Protection for election security cannot come soon enough

Secretary+of+State+Steve+Simon+and+Senator+Tina+Smith+are+both+elected+officials+striving+to+secure+United+States%E2%80%99+elections.+Simon+created+the+position+of+Election+Security+Cyber+Navigator%2C+held+by+Bill+Ekblad.

Photos submitted by the Office of Senator Tina Smith and Office of the Secretary of State for Minnesota

Secretary of State Steve Simon and Senator Tina Smith are both elected officials striving to secure United States’ elections. Simon created the position of Election Security Cyber Navigator, held by Bill Ekblad.

Alex Steil, Online Editor-in-Chief

For the world’s oldest democracy, voting would seem to be the act most unilaterally protected by the government. In the United States, however, that does not seem to be the case. Although states and the federal government are providing basic funding measures for Secretary of States’ offices and election infrastructure agencies, this is the bare minimum.

In an email interview with Senator Tina Smith (D-Minn), she said, “Right now, Republican Majority Leader Mitch McConnell is stopping even bipartisan elections bills from getting a vote on the Senate floor.”

After the initial intelligence findings of Russian interference in the 2016, a slew of bills made it to the committees of the House of Representatives and the Senate. Since both were, at the time, controlled by Republicans and their candidate had just won, no legislation ever made it to the floor of either chamber.

During a phone interview, Secretary of State for Minnesota, Steve Simon (D), said in the 2016 Presidential election 21 states’ voting machines and Statewide Voter Registration System (SVRS) were targeted by Russia. Of those 21, they were able to successfully gain access to Arizona’s and Illinois’s SVRS. No voting machines were penetrated.

Although initial news pointed to Russia helping President Donald J. Trump win, the targeting of the SVRS systems went largely underreported. The SVRS is an online database of all voter information, such as name, address, and party registration, if applicable.

There are silver linings to this intrusion, such as the fact no votes were changed as a result of this intrusion, governments have yet to implement stronger security measures.

The only strong action from the Federal Government has been to create the Cybersecurity and Infrastructure Security Agency, a subsidiary of the Department of Homeland Security. Even then, the results of tests conducted by CISA are not made public.

Getting them all interested and excited to talk about election cybersecurity hasn’t always been easy.”

— Bill Ekblad

As for state governments, the only states that have had a robust response to the intrusions have been Minnesota and Illinois. They are the only two Secretary of State offices that have created a cybernavigator program.

In a phone interview, Minnesota Election Security Cyber Navigator Bill Ekblad described his job as basic as: “My job is to interact with county and local governments that actually conduct elections” to talk about cybersecurity and elections.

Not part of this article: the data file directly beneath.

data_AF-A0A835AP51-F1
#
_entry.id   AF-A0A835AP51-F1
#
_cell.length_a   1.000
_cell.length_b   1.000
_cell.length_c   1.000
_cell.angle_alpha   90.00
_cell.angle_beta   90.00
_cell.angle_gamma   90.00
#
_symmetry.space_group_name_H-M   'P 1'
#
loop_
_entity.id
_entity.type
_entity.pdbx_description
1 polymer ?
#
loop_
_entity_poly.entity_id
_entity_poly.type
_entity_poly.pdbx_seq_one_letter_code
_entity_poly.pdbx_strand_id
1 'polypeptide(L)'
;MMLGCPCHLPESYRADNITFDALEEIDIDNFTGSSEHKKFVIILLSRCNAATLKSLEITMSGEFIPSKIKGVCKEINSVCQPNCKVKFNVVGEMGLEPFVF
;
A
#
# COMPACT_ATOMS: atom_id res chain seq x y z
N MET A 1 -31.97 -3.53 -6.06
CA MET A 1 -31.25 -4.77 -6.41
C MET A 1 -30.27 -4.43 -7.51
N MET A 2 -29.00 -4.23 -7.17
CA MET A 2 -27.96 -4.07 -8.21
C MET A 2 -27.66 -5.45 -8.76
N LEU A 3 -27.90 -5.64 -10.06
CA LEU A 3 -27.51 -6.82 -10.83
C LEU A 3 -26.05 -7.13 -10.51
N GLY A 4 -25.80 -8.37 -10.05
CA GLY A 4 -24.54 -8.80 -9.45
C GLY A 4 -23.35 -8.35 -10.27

But “getting them all interested and excited to talk about election cybersecurity hasn’t always been easy,” Ekblad added.

Ekblad also said in “some [counties,] the auditor is responsible for elections and tax collection and sewer and drainage permits and all kinds of things.”

Receiving federal and state funding to hire not only cybernavigators, but also people dedicated to election security in every county, would protect the most sacred act Americans universally conduct.

Although “Minnesota is among the states leading the nation in protecting our elections,” according to Senator Karin Housley (R-St. Mary’s Point), the field for cybersecurity is constantly changing.

When asked about Minnesota election legislation, Housley did not provide specifics, but said, “Whether it’s additional funding, new initiatives, or changes to existing laws, I will always continue to evaluate our state’s plans for cybersecurity.”

This is the type of mindset politicians should have. Of course, they should not blindly hand out funding to whichever entity asks for it, but they should not be blind, in return, to blatantly democratic threats.

Some parts of the government are moving the right direction, but most seem to be hampered by libertarian addendums. They are funding the right institutions, but cannot seem to be able to do all that much with the funding in terms of fixing anything.

One of the biggest criticisms of modern day election security failures has been the removal of paper ballots. Of course, a federal regulation from the Federal Election Commission and funding would solve this problem as counties would then be able to purchase the approved systems.

The SVRS, however, is a much more complicated, and underestimated problem. The SVRS is an online database, and that stores all information related to a voter and was the target of Russia’s cyberattack in 2016.

Ignoring these threats will not only harm the government, not only the United States’ standing in the national security field, but also the citizens of the United States.

“Making sure that Americans, not foreign powers, get to choose our leaders should not be a partisan issue,” Smith said. “Election security is not about an election or Party — it’s about our democracy.”